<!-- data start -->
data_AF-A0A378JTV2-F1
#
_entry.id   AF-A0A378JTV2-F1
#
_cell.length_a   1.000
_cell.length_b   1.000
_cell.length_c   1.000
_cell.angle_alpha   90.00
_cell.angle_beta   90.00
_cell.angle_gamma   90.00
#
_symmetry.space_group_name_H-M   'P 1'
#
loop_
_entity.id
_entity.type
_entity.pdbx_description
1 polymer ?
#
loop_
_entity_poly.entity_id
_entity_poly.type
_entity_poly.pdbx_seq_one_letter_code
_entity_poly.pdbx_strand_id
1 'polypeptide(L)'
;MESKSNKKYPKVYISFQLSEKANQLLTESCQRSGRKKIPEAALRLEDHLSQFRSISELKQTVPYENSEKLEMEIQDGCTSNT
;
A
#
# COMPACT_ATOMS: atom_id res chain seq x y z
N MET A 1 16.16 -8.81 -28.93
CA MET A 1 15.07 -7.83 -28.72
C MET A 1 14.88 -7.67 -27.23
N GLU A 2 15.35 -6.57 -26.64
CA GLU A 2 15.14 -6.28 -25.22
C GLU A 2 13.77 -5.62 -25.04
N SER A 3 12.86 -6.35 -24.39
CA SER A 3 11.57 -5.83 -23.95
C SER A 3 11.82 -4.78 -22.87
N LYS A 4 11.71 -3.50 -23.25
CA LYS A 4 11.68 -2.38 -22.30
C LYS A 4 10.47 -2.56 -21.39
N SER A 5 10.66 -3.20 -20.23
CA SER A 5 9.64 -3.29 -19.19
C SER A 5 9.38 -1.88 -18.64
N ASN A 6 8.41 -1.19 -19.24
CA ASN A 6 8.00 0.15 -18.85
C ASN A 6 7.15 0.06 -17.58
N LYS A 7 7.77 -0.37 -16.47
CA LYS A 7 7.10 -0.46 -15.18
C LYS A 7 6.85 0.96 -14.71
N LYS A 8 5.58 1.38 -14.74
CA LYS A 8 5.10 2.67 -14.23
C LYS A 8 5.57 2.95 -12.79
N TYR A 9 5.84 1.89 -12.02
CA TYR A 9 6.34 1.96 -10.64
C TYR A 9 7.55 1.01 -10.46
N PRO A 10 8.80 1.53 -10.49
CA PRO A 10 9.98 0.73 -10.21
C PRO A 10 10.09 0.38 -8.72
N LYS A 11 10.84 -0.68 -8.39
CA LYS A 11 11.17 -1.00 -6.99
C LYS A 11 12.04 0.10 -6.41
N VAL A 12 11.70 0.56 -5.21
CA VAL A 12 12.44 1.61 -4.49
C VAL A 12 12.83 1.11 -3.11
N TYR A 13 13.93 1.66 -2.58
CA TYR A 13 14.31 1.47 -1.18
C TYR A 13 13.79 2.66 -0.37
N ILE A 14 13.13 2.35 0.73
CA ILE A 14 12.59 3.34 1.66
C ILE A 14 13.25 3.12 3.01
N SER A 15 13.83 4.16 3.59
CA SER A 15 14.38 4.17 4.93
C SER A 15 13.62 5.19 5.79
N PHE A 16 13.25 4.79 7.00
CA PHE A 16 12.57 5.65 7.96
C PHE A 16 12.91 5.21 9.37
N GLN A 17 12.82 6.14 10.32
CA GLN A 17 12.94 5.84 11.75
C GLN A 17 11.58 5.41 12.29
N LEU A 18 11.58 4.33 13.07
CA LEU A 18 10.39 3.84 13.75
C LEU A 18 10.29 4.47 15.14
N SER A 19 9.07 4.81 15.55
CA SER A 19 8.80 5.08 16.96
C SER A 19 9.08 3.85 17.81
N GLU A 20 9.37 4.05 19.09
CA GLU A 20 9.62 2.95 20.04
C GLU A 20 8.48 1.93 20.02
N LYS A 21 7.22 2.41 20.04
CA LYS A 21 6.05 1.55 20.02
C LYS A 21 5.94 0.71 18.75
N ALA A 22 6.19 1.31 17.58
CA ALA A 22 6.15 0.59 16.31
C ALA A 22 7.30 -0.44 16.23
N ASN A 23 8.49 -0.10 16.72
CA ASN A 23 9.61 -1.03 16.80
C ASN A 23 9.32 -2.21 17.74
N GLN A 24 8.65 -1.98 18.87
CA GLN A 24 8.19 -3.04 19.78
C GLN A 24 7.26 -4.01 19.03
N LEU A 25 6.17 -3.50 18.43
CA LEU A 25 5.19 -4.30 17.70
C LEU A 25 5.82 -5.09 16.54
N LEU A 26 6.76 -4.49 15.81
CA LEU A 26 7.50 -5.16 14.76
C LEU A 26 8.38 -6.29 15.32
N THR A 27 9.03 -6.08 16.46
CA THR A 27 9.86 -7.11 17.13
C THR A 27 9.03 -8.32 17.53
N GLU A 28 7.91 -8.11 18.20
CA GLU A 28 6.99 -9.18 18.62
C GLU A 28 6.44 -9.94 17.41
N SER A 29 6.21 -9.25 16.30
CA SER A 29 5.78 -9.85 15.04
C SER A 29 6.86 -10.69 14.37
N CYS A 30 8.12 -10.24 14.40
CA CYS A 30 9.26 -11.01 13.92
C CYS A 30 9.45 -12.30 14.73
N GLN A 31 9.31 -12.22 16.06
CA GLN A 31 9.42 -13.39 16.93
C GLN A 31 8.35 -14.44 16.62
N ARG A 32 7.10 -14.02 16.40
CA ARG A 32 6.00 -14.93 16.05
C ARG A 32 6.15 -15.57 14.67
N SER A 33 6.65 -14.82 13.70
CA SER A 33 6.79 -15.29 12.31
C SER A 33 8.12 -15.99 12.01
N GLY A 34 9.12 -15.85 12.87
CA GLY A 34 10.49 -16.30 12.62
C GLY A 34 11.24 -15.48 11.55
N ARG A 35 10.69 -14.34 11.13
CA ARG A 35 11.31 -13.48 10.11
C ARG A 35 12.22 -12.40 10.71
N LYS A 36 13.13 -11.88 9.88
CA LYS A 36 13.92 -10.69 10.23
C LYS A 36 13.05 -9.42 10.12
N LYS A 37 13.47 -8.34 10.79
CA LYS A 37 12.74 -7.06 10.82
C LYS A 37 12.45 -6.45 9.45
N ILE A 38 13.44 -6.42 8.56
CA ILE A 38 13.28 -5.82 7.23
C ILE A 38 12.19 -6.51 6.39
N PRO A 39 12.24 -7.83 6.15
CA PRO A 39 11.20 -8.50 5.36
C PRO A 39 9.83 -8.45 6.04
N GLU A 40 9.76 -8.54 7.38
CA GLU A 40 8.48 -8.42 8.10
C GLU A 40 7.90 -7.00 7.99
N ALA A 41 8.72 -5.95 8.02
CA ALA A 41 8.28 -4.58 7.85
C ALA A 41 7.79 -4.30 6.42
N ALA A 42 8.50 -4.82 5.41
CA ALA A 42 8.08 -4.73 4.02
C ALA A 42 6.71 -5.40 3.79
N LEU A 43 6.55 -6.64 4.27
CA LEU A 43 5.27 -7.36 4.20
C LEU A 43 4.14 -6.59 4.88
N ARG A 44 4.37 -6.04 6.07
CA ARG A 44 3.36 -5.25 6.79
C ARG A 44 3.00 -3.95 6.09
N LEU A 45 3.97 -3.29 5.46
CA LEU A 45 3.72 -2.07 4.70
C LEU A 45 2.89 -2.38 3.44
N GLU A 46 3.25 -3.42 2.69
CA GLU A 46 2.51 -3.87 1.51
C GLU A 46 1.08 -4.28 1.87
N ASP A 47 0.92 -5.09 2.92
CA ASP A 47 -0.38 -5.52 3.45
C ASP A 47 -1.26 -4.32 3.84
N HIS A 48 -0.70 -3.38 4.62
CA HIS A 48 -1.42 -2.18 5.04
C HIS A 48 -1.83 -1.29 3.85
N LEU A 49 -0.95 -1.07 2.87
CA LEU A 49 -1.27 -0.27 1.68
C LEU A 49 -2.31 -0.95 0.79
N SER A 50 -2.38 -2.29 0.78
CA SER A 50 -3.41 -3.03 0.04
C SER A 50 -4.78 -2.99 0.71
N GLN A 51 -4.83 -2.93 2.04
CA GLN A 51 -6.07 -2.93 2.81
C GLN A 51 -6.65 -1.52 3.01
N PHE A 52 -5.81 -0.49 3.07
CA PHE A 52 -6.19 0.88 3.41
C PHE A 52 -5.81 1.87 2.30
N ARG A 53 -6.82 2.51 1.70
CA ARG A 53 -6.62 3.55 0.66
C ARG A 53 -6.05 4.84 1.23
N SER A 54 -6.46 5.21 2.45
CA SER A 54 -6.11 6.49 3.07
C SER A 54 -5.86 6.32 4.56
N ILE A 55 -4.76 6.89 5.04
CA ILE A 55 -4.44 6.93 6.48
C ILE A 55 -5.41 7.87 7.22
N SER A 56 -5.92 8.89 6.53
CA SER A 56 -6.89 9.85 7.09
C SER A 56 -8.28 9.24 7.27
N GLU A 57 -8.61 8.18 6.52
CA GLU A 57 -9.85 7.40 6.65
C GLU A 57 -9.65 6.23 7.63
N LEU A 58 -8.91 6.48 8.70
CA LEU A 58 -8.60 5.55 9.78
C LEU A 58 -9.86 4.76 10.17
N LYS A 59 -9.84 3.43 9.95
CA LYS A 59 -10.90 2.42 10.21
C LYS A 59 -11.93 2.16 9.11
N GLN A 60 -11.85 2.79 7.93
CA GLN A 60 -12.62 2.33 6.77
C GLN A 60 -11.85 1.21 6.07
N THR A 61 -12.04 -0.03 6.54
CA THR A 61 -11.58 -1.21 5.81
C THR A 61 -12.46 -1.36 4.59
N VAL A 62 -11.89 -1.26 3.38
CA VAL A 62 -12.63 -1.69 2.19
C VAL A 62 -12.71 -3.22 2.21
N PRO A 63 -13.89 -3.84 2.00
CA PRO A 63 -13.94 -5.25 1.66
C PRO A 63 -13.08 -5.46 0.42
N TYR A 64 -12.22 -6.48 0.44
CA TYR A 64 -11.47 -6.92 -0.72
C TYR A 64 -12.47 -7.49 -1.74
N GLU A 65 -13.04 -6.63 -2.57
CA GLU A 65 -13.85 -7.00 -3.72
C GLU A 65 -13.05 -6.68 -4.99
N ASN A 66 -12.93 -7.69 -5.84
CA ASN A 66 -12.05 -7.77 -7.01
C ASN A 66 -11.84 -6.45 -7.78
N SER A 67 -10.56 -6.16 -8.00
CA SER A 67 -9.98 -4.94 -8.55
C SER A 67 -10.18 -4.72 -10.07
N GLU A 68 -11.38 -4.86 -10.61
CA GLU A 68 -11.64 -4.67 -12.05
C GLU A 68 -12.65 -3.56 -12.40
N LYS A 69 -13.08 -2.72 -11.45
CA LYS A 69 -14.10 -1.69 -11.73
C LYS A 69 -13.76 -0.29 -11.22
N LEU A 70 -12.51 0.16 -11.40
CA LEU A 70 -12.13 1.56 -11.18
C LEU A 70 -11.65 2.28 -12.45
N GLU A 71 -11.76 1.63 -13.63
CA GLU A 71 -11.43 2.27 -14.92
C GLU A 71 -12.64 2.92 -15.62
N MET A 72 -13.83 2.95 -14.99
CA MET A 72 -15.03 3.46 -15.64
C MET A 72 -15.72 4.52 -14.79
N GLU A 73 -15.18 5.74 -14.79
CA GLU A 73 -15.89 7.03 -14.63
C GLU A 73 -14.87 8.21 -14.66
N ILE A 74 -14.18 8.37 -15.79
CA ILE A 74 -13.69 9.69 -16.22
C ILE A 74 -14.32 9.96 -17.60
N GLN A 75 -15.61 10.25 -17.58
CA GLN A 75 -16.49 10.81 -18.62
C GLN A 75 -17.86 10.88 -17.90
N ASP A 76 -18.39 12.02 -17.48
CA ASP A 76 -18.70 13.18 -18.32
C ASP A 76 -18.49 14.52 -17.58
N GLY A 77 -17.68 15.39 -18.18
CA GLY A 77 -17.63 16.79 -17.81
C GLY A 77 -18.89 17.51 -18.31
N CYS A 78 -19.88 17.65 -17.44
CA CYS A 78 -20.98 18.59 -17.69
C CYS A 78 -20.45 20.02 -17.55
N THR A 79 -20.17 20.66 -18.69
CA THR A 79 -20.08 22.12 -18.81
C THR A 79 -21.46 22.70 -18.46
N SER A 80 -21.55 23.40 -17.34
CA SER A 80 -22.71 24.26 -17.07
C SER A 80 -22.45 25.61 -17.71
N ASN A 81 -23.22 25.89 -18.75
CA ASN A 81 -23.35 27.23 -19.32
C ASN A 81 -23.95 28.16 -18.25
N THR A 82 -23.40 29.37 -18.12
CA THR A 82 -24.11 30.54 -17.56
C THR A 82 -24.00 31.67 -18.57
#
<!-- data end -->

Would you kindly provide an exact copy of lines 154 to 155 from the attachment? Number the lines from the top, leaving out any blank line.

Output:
N ALA A 42 8.50 -4.82 5.41
CA ALA A 42 8.08 -4.73 4.02